As a high school student entering a professional lab setting for the first time, I didn’t know what to expect to encounter this summer as an intern working as part of the CAICE IMPACTS study. I am an incoming senior at Canyon Crest Academy in San Diego, and have taken AP science classes at my school, but I have never been in an environment such as this. With many scientists from various backgrounds and educational focuses, problems were identified and solved much more quickly than if each person was working alone in a lab. Similarly in the classroom we are able to collaborate with our peers and teacher but rarely are we able to ask advice from students of other scientific backgrounds! The Hydraulics Lab has been crazy and busy for the past 6 weeks with each scientist conducting their own experiment and showing care and passion for their work, which is something that I admire and hope to encounter as I continue to study as an undergraduate next year. One small project I was involved in worked to qualitatively measure changes in sea foam in the wave flume over a short period of time. The amount of sea foam in the wave flume is directly related to the breakdown of the algal bloom. To the left is a series of images taken of July 23, 28, 29, and 30. We can make a qualitative guess that the foam is decreasing over time. This foam produces sea spray aerosol particles which seed clouds over the ocean and thus understanding its evolution is extremely important for our planet. Over the past 6 weeks I have not only learned about aerosol chemistry and links to ocean biology, but I have also learned more about the scientific process and the benefits of having great minds working together to solve a problem.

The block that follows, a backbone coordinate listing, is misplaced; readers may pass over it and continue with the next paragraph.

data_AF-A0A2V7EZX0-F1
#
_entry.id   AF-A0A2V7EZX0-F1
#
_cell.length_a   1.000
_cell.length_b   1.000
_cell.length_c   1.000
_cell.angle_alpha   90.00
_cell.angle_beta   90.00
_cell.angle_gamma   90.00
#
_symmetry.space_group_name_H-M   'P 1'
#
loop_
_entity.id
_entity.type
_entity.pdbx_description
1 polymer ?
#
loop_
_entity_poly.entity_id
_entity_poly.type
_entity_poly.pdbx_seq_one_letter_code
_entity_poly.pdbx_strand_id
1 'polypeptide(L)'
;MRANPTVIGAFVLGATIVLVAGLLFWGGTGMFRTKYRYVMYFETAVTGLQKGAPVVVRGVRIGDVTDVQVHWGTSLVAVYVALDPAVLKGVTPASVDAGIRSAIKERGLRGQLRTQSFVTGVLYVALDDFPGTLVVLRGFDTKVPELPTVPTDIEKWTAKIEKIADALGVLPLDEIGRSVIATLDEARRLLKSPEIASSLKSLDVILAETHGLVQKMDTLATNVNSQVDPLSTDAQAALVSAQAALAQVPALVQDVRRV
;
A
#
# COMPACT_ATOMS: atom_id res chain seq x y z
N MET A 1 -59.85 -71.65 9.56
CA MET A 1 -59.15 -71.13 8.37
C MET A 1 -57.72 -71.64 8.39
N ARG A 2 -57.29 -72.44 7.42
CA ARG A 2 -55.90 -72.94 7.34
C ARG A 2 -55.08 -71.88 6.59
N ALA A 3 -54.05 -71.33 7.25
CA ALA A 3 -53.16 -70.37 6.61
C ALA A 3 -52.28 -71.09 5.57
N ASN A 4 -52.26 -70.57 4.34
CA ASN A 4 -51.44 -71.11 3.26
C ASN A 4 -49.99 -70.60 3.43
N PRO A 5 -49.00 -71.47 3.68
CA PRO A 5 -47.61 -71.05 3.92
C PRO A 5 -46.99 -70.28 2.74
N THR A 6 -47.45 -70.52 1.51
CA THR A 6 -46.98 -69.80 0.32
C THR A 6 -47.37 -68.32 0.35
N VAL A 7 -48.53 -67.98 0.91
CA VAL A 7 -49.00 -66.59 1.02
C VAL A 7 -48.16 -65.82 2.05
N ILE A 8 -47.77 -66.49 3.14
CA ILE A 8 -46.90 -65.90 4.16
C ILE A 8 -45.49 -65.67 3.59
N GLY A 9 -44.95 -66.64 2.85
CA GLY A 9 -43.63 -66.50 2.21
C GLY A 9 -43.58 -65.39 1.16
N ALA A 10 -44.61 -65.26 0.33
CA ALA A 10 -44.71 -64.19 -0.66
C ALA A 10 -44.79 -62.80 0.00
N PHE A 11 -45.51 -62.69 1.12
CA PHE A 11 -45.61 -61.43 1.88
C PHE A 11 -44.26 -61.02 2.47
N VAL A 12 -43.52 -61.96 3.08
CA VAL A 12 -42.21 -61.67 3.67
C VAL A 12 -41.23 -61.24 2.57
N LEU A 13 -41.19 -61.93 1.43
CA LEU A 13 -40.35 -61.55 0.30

Namrita Baru, Canyon Crest Academy